I wasn't suggesting using as a source. I was just using it as an example that if that site doesn't accept Allmusic (aka AMG) as a source because of inaccuracies, then we need to be careful in using it as a basis of the number of recordings made. Your change is good, except that the word "versions" still needs to be changed.
I can understand how some people would think that the use of the word "superstar" is perfectly reasonable here, but others reading it have a different meaning for it. I think that "phenom" is a much better way to put it in this context.
I have a few issues with the LoC paragraph. (1) It says, "popular music groups as." It should say "artists." Elvis, Skeeter and Willie aren't groups. (2) The Amazing Rhythm Aces should definitely not be listed because their song is not "Amazing Grace" (as written by Newton), it's "Amazing Grace (Used to Be Her Favorite Song)" (written by Russell Smith). And that's another thing to consider: not all of those in the "7,000" (or even the 3,000) are the "Amazing Grace" that this article is about. (3) How about if I add the album titles in parentheses next to the artist? (4) The referenced LoC page is not just a list but actually a timeline. Why not put a timeline graph in the article? I don't see where it says that a featured article can't have a list or something that breaks the monotony of all prose.
Your idea of a list article is not bad, and I will will consider that. Thanks. --Musdan77 (talk) 17:56, 7 April 2012 (UTC)
Ok. These are reasonable suggestions. I've made changes.
Re: Amazing Rhythm Aces, "Amazing Grace" served as inspiration. I tweaked the wording to make that more accurate and I hope not more confusing.
Your adding album titles doesn't rid the article of the potential problem of multiple albums from an artist, re-releases, and setting the article up for other editors adding information that leads to ridiculous minutiae. (How many albums by Elvis? Listing each one by the Soul Stirrers? Why one and not another?) The intention of this paragraph is to show the breadth of styles the LOC has collected, and I think it does that. To avoid this altogether, we could remove the sentence beginning More contemporary renditions include samples, which would remove the names of artists/bands that have recorded it. And join the sentence introducing the LOC collection somewhere else in the section.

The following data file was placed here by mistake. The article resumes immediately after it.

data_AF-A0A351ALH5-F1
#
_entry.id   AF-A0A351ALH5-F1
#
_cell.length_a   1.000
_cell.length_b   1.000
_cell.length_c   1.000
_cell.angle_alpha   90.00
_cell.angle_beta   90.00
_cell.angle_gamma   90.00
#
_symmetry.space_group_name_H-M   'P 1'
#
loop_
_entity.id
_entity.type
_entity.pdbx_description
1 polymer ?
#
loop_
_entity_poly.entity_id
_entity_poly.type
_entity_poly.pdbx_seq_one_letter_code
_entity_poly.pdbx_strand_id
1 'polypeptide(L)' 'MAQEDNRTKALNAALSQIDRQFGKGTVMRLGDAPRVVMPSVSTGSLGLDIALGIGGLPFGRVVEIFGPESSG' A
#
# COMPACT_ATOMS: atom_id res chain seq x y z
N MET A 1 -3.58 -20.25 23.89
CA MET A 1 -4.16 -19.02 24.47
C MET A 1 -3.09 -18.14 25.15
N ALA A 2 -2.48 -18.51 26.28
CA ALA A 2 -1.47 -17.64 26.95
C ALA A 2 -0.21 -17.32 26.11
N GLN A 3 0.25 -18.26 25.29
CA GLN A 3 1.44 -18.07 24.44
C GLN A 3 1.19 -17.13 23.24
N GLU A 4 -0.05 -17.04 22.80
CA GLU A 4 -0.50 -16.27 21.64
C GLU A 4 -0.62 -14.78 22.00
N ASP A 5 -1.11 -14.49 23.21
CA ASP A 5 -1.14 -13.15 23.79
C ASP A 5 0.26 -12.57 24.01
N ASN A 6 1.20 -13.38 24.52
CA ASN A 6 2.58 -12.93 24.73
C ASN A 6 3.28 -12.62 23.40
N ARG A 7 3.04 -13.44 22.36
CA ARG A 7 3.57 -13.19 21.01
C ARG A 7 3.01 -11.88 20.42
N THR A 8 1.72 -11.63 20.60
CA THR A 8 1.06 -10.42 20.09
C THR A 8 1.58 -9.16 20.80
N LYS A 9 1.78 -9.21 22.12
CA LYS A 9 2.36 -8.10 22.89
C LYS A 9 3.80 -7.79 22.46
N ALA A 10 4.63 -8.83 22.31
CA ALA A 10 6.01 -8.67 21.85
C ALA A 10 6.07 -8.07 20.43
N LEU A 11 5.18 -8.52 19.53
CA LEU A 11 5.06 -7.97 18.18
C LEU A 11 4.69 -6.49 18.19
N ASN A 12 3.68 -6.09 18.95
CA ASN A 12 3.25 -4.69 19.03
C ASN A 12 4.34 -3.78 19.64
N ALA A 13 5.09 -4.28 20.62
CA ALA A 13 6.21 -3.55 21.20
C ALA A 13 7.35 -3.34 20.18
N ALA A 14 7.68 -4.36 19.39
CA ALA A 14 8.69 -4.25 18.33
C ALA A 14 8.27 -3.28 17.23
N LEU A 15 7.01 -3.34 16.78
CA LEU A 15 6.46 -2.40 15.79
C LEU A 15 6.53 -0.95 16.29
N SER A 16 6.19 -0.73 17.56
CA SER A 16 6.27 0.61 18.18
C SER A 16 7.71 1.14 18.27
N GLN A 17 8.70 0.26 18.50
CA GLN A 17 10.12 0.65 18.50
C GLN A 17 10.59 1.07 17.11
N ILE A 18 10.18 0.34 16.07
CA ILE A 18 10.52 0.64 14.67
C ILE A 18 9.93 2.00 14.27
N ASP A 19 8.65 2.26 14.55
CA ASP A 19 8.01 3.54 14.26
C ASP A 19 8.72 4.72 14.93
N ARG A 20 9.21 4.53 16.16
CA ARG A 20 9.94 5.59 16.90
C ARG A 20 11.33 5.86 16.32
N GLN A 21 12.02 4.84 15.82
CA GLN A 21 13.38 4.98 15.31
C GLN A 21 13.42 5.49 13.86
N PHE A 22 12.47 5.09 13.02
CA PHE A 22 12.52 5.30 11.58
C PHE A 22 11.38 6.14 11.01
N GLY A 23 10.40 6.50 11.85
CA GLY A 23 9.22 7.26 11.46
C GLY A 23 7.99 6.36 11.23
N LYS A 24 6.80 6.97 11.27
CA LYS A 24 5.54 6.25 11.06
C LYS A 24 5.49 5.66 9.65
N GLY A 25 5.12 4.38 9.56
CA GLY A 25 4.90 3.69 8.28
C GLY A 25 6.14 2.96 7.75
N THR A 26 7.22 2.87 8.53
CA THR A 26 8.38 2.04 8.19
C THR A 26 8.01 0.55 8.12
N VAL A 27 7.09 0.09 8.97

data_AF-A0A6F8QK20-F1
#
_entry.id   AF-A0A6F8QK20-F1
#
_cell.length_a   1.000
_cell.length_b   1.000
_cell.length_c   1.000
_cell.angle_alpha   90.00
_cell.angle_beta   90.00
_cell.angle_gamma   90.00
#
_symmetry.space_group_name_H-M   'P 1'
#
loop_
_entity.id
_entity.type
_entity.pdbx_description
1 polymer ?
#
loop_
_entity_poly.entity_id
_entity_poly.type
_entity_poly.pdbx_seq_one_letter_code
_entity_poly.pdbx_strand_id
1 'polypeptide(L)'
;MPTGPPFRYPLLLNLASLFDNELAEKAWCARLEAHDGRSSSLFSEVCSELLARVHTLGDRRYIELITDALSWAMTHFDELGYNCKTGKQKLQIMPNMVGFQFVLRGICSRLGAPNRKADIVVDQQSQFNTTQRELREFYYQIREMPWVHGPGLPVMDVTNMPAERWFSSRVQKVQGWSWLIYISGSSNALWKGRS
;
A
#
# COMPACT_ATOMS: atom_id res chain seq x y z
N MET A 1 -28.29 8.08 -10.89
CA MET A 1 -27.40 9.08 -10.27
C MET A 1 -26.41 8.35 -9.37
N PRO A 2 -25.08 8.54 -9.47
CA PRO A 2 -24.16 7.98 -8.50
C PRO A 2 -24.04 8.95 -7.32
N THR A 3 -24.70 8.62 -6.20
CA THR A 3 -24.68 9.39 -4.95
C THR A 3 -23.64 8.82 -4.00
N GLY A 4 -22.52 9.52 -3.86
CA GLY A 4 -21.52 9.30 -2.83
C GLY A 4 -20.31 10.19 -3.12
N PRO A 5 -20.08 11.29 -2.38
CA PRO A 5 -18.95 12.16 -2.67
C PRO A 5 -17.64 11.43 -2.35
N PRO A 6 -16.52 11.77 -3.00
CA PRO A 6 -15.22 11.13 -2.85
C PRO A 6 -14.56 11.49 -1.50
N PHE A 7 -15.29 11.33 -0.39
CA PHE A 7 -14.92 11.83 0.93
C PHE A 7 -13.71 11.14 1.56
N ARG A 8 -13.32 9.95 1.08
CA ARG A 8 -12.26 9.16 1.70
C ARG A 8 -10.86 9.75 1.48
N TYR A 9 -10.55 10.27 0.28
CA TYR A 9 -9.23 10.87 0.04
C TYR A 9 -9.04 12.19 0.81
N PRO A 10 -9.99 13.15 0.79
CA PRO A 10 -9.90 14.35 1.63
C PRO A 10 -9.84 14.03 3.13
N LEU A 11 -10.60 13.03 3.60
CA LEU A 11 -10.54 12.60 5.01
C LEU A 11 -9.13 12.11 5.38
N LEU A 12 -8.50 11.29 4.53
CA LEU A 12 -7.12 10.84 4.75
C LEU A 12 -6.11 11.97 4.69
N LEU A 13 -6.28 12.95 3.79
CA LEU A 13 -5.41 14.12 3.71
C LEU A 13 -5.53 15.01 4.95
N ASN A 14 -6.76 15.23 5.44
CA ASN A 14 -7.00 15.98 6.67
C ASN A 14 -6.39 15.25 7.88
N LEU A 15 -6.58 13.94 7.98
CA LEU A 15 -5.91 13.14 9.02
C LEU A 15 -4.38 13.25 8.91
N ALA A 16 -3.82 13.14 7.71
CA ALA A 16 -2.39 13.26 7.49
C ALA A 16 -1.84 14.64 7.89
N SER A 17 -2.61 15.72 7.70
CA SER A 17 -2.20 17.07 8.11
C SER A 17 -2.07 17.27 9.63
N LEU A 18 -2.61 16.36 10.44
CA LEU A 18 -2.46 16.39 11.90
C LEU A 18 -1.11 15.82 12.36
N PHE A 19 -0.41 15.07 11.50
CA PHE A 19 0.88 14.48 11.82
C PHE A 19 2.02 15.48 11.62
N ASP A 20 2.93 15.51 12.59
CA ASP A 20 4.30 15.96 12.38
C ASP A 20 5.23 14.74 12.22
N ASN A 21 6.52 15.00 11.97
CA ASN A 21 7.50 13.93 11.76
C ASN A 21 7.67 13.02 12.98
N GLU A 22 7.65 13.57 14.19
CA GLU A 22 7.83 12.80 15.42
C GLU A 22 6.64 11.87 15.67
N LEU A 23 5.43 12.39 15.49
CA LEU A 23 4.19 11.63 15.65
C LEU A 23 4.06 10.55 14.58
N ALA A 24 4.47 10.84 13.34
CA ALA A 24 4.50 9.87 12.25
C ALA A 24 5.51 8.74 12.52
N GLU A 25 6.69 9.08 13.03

I think the more appropriate question is why a timeline in the first place? I hope not solely to break the prose because people can't be faced with these many words. Don't sell readers short. They're obviously coming to Wikipedia to be informed and words accomplish that. Many editors favor infoboxes and lists and such to make referencing easier, but that makes conveying complex or nuanced information accurately more difficult. This is a hymn with folk song characteristics: more than 30 melodies and many verses other than Newton's original six. Precise documentation of different versions, changes, and transformations before the 20th century is problematic. A timeline just for the 20th century may place too much emphasis on the recorded history of the song. The Recorded versions section is already quite detailed. And again, my apprehension that it would lead to multiple abuses from editors making uncited changes. If you're envisioning something else or something that would assuage my fears, please explain. --Moni3 (talk) 19:10, 7 April 2012 (UTC)
First, thanks for making the changes that you have.
"Amazing Rhythm Aces, "Amazing Grace" served as inspiration." Well, the source doesn't say that, and even so, wouldn't it be better to use another one from that page that is actually the song the article is about? (like Chet Atkins or Mighty Clouds of Joy). I mean, you talk about people adding versions that aren't notable, I don't think a song that's "inspired by" can be considered notable any more than dozens that actually are the song.